I got my first car recently and my friends were anticipating a long ride (they are just scapegoats, I was actually wanting to have on long drive) in it. So one fine day decided to drive to Ramanagaram ans see the places around. 

On a fine Saturday morning called up my friends Pankaj and Kshitij (they are my college friends from Kanpur working in GM). They were still sleeping, the common time pass for Bangalore techies on a Saturday morning. 

from left: Me, Kshitij and Pankaj

"Hey Pankaj" --- "Kya hain" --- "Chalna hain kya Ramanagaram" --- "Chalna hain kya? chalte hain. Kab nikalna hain" --- "9:30 tak latest nikal chahltein hain" --- "Theek hain. Hey Kshitij, Phuki ka phone hain. Ramanagaram chalna hain. Chal uth jaa jaldi". And thus our trip to Ramanagaram was finalized. I quickly went to have my bath.

By the time I left home it was 10. Filled my fuel talk to full and picked up my friends. We hit the Bng-Mysore highway by ~ 11 and then started the smooth ride towards Ramanagaram. The highway is awesome for drive and you can test your vehicles performance. All said and done, there is something you should be careful of:
"I wan enjoying the nice empty roads and sudenly was intercepted by a traffic police vehicle. I was told I exceeded speed limit. I was given a ticket. The speed limit was 50 and I was driving at 70. 70, thats because its a new car dude, I sould have been driving over 100 at such roads. Anyway, I paid the fine (Rs. 300/-) and moved on. So don't get carried away and keep eyes on the speed limit boards."

We stopped over to have our meal in the middle. The day was extremely hot and we had some tough time. We were expecting similar weather even at Ramanagaram and had our second thoughts on going on a long trek.  We reached there at ~ 12:40, distance covered ~ 60 kms. At Ramanagaram, take a right turn after "Ghousia College of Engineering" to hit a small road away from the highway. The road will take you upto the base of a temple. Its also passes through a small ghat kind of area. Its approx. 4 kms from the highway. We parked our car there and looked around for the roads.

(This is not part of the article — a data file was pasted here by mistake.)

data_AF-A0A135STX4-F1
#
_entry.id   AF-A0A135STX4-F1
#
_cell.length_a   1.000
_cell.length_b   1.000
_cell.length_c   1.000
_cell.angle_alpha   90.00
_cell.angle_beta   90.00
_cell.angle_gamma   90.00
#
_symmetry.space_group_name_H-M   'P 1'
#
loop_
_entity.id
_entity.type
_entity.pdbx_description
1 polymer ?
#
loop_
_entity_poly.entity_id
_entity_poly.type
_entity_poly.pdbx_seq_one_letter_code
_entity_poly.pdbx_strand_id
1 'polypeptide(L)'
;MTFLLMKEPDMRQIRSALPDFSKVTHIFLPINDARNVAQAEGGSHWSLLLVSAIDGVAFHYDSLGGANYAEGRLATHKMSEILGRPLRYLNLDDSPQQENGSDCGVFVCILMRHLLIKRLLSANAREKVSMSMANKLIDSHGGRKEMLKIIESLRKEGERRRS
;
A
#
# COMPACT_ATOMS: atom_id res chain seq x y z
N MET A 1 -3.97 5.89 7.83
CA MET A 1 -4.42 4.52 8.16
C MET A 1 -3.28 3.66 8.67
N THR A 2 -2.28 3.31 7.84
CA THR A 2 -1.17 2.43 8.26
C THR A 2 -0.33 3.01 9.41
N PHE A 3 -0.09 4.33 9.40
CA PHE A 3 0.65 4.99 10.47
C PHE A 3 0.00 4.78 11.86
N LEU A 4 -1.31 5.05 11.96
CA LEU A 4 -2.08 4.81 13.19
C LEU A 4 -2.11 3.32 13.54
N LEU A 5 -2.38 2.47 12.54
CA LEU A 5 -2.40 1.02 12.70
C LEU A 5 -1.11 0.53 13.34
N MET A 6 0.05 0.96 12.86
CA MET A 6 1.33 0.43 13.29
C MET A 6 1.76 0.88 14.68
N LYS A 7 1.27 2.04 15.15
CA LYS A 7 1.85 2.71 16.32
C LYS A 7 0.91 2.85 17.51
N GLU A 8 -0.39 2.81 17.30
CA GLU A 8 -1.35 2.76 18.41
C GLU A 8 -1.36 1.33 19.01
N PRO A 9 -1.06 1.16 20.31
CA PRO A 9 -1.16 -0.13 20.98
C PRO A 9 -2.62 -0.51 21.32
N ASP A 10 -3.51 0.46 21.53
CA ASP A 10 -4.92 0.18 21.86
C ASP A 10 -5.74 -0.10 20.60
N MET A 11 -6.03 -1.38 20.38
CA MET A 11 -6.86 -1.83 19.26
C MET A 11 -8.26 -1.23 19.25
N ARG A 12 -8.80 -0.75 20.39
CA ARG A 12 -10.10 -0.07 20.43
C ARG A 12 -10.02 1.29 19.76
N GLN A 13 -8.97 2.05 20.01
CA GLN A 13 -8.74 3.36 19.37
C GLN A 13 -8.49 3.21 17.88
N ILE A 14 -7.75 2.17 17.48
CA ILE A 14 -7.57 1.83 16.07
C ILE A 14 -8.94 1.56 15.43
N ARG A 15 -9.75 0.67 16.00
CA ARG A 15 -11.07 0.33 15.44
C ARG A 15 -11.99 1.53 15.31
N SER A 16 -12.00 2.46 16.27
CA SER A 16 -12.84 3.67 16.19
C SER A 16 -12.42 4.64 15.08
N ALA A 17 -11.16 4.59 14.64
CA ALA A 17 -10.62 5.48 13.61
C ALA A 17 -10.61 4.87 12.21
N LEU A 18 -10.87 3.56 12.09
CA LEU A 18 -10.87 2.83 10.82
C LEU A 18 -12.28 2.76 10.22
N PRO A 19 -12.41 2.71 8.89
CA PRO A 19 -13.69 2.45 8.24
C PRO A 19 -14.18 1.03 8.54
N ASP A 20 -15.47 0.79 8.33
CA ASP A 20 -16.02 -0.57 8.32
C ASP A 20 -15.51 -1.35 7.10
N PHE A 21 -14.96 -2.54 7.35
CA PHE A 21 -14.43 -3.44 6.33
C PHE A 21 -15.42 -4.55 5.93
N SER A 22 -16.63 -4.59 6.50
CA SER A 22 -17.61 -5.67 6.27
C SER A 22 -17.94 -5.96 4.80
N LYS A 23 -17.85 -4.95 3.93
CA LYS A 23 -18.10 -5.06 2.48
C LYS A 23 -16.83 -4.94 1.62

Me with Ramanagaram kids. Car parking

A guide hopped in and promised us to provide the trip of a lifetime :) He was asking for Rs. 50/- and we agreed. He guided us through a route through a very small village. He started showing us stuffs (most relates to the movie Sholay). He showed us the place where the bridge was made (relate to the movie), where Thakurs house was located. One funny claim: "You remember the goat Jaya Bacchan hugged in the movie, that was mine", the guide said. He finally lead us 
through to the place where Gabbar Singh had his "adda". Its was combination of some nice hillocks, spreaded uniformely around. Some small rocks are spread around and the place was surrounded by high rocks hills (looked like a ideal place for rock climbing and rappling).  His claim of this place as Gabbar's den was realistic, and the place looked very similar. We started clicking pictures of the place and also enacted a small movie of the Gabbar Singh's "Kitne aadmi thein" dialouges (Pankaj as Gabbar). 

Gabar's den

Its time to move on. We came back to the base of the temple and bid adieu to our guide. A set of around 400 steps lead us to the top of the hill where the temple is situated. Saw a water tap and quickly quenched our thirst. Saw the places around and took rest. The view from the top was amazing. We can get a good view od the landscape around, with small rocky hills surrounding the place.
Temple at hill top

It was around 4 pm by then and we decided to move back to Bangalore. Reached home at around 6 pm after beating the traffics inside Bangalore. Went out for dinner with Kh,Pnk and headed back home. It was tiring because of the extremely hot weather, but fun. Some new places to see, and just hang out at some places outside Bangalore (my idea of a perfect weekend).

Informations that migt help:
- Distance ~60 kms each way
- Water is available but nothing to eat. Carry eatables
- Roads are awesome, you will atleast enjoy the ride
- Turn right from the highway after "Ghousia College of Engineering" and drive until you see the entrance to the temple. There are enough parking space there for free
- Take a guide, its helps and its fun